To guide you through the OBD2 Terminologies.
The following terms and their definitions are related to OBD2 systems. Read and reference this list as needed to aid in the understanding of OBD2 systems.
Powertrain Control Module (PCM)
The PCM is the OBD2 accepted term for the vehicle’s 'onboard computer'. In addition to controlling the engine management and emissions systems, the PCM also participates in controlling the powertrain (transmission) operation. Most PCMs also have the ability to communicate with other computers on the vehicle (ABS, ride control, body, etc.).
Monitors are 'diagnostic routines' programmed into the PCM. The PCM utilizes these programs to run diagnostic tests and to monitor the operation of the vehicle’s emissions-related components or systems to ensure they are operating correctly and within the vehicle’s manufacturer specifications. Currently, up to fifteen Monitors are used in OBD2 systems. Additional Monitors will be added as the OBD2 system is further developed.
Note: Not all vehicles support all fifteen Monitors.
Each Monitor is designed to test and monitor the operation of a specific part of the vehicle’s emissions system (EGR system, oxygen sensor, catalytic converter, etc.). A specific set of 'conditions' or 'driving procedures' must be met before the computer can command a Monitor to run tests on its related system. These 'conditions' are known as 'Enabling Criteria.' The requirements and procedures vary for each Monitor. Some Monitors only require the ignition key to be turned 'On' for them to run and complete their diagnostic testing. Others may require a set of complex procedures, such as starting the vehicle when cold, bringing it to operating temperature, and driving the vehicle under specific conditions before the Monitor can run and complete its diagnostic testing.
The terms 'Complete' or 'Incomplete' are used throughout this manual. 'Complete,' means the PCM has commanded a particular Monitor to perform the required diagnostic testing on a system to ensure the system is operating correctly (within factory specifications). The term 'Incomplete' means the PCM has not yet commanded a particular Monitor to perform diagnostic testing on its associated part of the emissions system.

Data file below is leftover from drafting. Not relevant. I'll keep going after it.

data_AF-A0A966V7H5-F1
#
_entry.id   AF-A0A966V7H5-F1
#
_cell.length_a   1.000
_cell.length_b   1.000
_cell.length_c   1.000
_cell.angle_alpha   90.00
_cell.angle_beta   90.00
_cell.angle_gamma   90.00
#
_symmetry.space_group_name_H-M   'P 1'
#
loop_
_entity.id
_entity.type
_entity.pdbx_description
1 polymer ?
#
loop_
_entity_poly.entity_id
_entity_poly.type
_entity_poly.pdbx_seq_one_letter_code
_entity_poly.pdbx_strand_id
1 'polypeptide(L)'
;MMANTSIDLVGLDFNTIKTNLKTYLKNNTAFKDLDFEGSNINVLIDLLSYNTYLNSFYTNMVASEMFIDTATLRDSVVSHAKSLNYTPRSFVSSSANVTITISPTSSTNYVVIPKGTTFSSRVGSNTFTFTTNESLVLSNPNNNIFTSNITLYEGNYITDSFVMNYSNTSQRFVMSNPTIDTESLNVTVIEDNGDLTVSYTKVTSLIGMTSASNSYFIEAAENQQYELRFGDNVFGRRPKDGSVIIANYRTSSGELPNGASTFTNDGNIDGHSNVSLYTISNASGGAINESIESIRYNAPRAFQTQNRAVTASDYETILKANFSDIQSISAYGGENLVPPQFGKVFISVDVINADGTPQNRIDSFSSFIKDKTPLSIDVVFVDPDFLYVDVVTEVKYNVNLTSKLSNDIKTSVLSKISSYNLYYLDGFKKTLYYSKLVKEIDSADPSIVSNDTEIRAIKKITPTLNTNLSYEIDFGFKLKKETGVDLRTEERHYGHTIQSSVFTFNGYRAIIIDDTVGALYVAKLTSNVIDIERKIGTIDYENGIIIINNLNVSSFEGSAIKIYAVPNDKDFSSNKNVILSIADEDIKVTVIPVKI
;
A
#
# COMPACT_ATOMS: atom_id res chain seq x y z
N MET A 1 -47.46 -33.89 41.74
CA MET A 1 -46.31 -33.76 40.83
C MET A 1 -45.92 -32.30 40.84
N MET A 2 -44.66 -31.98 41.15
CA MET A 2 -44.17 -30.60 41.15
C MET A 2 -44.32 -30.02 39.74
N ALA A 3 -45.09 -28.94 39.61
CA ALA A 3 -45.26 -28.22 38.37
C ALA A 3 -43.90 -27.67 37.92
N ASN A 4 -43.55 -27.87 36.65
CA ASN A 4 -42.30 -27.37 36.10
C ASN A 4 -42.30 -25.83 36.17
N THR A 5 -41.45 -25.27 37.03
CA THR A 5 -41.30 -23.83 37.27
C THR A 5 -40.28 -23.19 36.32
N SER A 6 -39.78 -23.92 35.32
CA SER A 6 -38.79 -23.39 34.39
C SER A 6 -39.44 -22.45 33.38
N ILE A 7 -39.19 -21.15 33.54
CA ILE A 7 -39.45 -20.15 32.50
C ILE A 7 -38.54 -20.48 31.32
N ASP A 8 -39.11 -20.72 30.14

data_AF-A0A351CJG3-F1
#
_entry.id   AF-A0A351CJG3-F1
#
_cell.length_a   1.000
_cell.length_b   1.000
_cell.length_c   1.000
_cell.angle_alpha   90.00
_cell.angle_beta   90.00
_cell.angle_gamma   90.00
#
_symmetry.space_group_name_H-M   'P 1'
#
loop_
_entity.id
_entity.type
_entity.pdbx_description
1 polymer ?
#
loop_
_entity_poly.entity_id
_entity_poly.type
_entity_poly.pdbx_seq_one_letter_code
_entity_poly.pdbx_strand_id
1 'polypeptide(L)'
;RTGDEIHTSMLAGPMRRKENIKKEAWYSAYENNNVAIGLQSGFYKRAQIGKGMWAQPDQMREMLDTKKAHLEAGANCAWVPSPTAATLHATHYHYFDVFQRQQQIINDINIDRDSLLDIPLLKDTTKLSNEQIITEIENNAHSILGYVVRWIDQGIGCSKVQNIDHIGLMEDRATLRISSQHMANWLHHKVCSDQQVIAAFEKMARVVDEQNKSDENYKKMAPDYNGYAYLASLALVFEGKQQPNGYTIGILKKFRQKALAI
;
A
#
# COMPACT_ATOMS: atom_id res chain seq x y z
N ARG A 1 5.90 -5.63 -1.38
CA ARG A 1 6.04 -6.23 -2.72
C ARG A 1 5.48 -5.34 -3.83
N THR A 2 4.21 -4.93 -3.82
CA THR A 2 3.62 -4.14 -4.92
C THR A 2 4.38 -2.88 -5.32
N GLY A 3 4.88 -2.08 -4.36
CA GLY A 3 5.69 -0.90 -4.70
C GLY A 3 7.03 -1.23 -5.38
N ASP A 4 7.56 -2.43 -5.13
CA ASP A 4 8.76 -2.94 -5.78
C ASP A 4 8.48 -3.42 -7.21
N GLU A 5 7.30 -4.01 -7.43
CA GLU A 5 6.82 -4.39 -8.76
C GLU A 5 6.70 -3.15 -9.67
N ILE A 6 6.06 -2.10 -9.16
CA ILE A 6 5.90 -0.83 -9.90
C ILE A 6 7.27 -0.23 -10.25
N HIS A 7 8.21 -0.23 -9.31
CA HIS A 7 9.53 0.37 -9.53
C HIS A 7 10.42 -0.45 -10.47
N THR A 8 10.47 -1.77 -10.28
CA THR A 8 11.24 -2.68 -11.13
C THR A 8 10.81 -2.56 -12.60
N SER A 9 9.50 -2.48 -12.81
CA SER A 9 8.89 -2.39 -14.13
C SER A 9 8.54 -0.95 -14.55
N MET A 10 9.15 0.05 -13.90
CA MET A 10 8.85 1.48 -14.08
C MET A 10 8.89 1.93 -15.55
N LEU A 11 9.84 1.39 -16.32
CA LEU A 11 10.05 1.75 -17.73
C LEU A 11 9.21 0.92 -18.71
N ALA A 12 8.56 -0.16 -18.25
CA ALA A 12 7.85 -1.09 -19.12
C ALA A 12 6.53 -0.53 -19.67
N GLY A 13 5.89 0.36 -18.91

A Trip for a particular Monitor requires that the vehicle is being driven in such a way that all the required 'Enabling Criteria' for the Monitor to run and complete its diagnostic testing are met. The 'Trip Drive Cycle' for a particular Monitor begins when the ignition key is turned 'On.' It is successfully completed when all the 'Enabling Criteria' for the Monitor to run and complete its diagnostic testing are met by the time the ignition key is turned 'Off.' Since each of the fifteen monitors is designed to run diagnostics and testing on a different part of the engine or emissions system, the 'Trip Drive Cycle' needed for each individual Monitor to run and complete varies.
OBD2 Drive Cycle
An OBD2 Drive Cycle is an extended set of driving procedures that takes into consideration the various types of driving conditions encountered in real life. These conditions may include starting the vehicle when it is cold, driving the vehicle at a steady speed (cruising), accelerating, etc. An OBD2 Drive Cycle begins when the ignition key is turned 'On' (when cold) and ends when the vehicle has been driven in such a way as to have all the 'Enabling Criteria' met for all its applicable Monitors. Only those trips that provide the Enabling Criteria for all Monitors applicable to the vehicle to run and complete their individual diagnostic tests qualify as an OBD2 Drive Cycle. OBD2 Drive Cycle requirements vary from one model of vehicle to another. Vehicle manufacturers set these procedures. Consult your vehicle’s service manual for OBD2 Drive Cycle procedures.
Note: Do not confuse a 'Trip' Drive Cycle with an OBD2 Drive Cycle. A 'Trip' Drive Cycle provides the 'Enabling Criteria' for one specific Monitor to run and complete its diagnostic testing. An OBD2 Drive Cycle must meet the 'Enabling Criteria' for all Monitors on a particular vehicle to run and complete their diagnostic testing.
Vehicle operation after an engine-off period where engine temperature rises at least 40°F (22°C) from its temperature before starting, and reaches at least 160°F (70°C). The PCM uses warm-up cycles as a counter to automatically erase a specific code and related data from its memory. When no faults related to the original problem are detected within a specified number of warm-up cycles, the code is erased automatically.